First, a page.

Babcock results rise above Super Puma grounding

Babcock bought Avincis, parent of Aberdeen-based Bond Offshore, in 2014
A Bond-operated Silkorsky S-92

The grounding of Super Puma helicopters in the wake of a fatal crash off the coast of Norway slowed revenue growth at North Sea helicopter operator Babcock International, although new contracts wins offset this.

Babcocks, whose main source of revenue is the Ministry of Defence, said a £20billion order book and growing international business underpinned its confidence for the full year.

In Aberdeen, the firm’s helicopter business Babcock MCS Offshore, formerly known as Bond, was hit by lower flight hours and extra costs in the wake of the H225 crash operated by rival CHC and which saw regulators ground the aircraft for use in the UK and Norway.

But it said that while the oil and gas market generally remains challenging, Babcocks expects to offset the impact by “new oil and gas contracts starting operations” in the second half of the year. It added that the decline in the oil and gas industry seen last year has “largely stabilised”.

Meanwhile, the FTSE 100-industriual giant said its contract to decommission Dounreay in Caithness – which it is involved in through a joint venture, Cavendish Dounreay Partnership – was affected by a “scheduled reduction of revenues” in the half year.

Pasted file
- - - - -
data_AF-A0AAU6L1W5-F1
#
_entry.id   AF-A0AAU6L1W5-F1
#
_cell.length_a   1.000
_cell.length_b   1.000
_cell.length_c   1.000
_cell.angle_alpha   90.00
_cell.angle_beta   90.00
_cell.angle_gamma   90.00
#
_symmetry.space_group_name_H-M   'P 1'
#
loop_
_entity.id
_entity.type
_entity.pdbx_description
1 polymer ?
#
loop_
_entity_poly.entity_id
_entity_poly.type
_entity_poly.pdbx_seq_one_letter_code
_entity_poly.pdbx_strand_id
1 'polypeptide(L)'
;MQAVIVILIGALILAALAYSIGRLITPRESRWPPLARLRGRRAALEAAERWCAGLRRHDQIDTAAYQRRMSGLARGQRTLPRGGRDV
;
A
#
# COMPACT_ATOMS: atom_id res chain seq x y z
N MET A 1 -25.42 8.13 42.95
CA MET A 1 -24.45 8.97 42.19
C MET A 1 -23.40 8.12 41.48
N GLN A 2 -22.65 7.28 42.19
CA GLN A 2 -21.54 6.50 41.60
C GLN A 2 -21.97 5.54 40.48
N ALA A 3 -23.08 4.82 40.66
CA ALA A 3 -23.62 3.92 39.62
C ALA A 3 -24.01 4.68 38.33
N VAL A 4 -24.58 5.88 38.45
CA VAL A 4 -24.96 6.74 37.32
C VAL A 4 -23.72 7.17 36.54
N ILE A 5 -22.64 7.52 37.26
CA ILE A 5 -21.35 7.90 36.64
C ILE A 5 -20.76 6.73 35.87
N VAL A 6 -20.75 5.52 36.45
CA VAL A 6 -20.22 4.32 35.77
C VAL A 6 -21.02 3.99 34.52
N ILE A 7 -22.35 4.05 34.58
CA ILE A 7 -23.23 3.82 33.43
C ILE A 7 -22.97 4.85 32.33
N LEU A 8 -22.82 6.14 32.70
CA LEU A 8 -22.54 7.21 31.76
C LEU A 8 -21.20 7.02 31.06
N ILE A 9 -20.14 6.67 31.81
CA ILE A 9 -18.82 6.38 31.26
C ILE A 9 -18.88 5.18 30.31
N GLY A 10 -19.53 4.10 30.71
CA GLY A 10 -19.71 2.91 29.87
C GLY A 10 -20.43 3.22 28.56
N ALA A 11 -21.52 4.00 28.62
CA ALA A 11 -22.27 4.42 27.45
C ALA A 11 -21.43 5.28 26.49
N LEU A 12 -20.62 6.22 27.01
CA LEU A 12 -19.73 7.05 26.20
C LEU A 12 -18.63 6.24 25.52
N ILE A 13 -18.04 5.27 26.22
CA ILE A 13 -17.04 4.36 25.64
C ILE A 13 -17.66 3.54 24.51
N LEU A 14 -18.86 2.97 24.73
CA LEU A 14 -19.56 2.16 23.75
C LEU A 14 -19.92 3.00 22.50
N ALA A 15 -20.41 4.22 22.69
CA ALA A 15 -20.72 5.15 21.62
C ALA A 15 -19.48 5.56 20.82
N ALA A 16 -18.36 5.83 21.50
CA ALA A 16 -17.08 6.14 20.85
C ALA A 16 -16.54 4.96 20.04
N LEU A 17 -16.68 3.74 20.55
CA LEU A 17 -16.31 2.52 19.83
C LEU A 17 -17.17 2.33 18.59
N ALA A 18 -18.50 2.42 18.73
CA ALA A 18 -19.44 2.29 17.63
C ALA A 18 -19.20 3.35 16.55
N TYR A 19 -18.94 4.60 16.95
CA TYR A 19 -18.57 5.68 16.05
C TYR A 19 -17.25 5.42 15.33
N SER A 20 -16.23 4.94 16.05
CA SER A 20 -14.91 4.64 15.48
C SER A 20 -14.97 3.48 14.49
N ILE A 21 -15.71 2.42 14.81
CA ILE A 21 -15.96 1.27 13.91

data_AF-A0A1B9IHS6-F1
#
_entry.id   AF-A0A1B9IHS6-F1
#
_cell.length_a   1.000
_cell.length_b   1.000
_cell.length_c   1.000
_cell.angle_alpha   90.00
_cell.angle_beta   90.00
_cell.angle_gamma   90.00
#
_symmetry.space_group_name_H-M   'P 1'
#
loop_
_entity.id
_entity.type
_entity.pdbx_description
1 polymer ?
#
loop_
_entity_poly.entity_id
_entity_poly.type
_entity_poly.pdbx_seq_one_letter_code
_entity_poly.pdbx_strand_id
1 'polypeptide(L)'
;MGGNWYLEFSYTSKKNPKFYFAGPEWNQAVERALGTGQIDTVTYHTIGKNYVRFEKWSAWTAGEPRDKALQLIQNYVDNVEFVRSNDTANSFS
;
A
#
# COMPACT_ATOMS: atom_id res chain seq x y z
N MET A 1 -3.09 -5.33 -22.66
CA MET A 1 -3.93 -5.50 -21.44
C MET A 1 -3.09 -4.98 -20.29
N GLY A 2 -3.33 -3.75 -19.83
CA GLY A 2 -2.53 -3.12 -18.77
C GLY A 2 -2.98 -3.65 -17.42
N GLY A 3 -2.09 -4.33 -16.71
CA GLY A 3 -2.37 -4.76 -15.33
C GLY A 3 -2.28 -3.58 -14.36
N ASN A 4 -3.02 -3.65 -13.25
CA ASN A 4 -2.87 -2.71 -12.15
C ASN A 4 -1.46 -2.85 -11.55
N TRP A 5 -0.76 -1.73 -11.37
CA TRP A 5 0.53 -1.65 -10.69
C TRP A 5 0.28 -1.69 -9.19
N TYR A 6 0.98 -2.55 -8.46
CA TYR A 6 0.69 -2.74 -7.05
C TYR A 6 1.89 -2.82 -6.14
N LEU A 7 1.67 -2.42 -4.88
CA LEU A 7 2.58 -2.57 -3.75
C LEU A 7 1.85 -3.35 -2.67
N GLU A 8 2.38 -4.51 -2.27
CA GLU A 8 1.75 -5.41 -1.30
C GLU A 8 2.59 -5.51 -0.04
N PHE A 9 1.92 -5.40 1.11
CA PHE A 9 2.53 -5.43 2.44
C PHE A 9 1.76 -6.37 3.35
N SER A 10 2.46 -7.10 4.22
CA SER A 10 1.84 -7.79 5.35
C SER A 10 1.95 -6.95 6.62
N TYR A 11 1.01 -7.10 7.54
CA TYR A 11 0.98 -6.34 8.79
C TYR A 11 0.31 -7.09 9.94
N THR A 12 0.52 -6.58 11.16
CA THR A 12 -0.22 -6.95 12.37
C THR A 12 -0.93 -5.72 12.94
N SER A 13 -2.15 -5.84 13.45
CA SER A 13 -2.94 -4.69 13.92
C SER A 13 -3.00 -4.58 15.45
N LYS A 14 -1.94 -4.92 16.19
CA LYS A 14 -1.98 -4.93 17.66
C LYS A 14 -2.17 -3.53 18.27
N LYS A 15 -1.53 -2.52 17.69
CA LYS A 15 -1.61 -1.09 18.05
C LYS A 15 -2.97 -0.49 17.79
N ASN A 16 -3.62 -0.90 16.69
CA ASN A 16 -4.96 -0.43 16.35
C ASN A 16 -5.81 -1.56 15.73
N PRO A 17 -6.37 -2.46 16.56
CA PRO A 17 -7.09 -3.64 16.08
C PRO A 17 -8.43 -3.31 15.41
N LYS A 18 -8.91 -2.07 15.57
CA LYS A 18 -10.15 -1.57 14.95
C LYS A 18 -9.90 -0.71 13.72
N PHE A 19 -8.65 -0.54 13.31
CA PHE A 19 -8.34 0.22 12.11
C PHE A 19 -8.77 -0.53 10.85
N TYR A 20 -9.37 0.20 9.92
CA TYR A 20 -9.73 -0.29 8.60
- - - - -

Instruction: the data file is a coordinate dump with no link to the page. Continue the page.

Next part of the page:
But the firm also won work in the offshore renewables sector including contract wins with Siemens on the £2.6billion Beatrice offshore windfarm in the Moray Firth.

It added that the fundamentals of its business remained “unchanged” in the wake of the Brexit vote, adding that it business would also be “unaffected” if Scotland pursued and won a second referendum on independence.

Revenues across the group rose 7% to £2.2billion in the half year, while pre-tax profits also rose 12% to £163.5million in the same period compared to the first half of 2015.

Chief executive Archie Bethel, who took over as chief executive of the UK defence and support services company in September, said: “Babcock continues to perform; delivering growth in revenue, profit and earnings, and maintaining healthy levels of cash generation and conversion.
“The long-term visibility provided by our £20billion order book and substantial pipeline of opportunities underpins our future growth.

“Our UK markets remain positive, with the group well positioned for the significant future outsourcing opportunities expected from both our defence and civil customers, and we see growing international demand for our specialist and complex engineering support services.
“Despite slightly slower organic growth, the board expects the full-year results to be in line with its expectations. We therefore remain confident of making good progress both this year and beyond.”

Shares slumped almost 5% to 945p.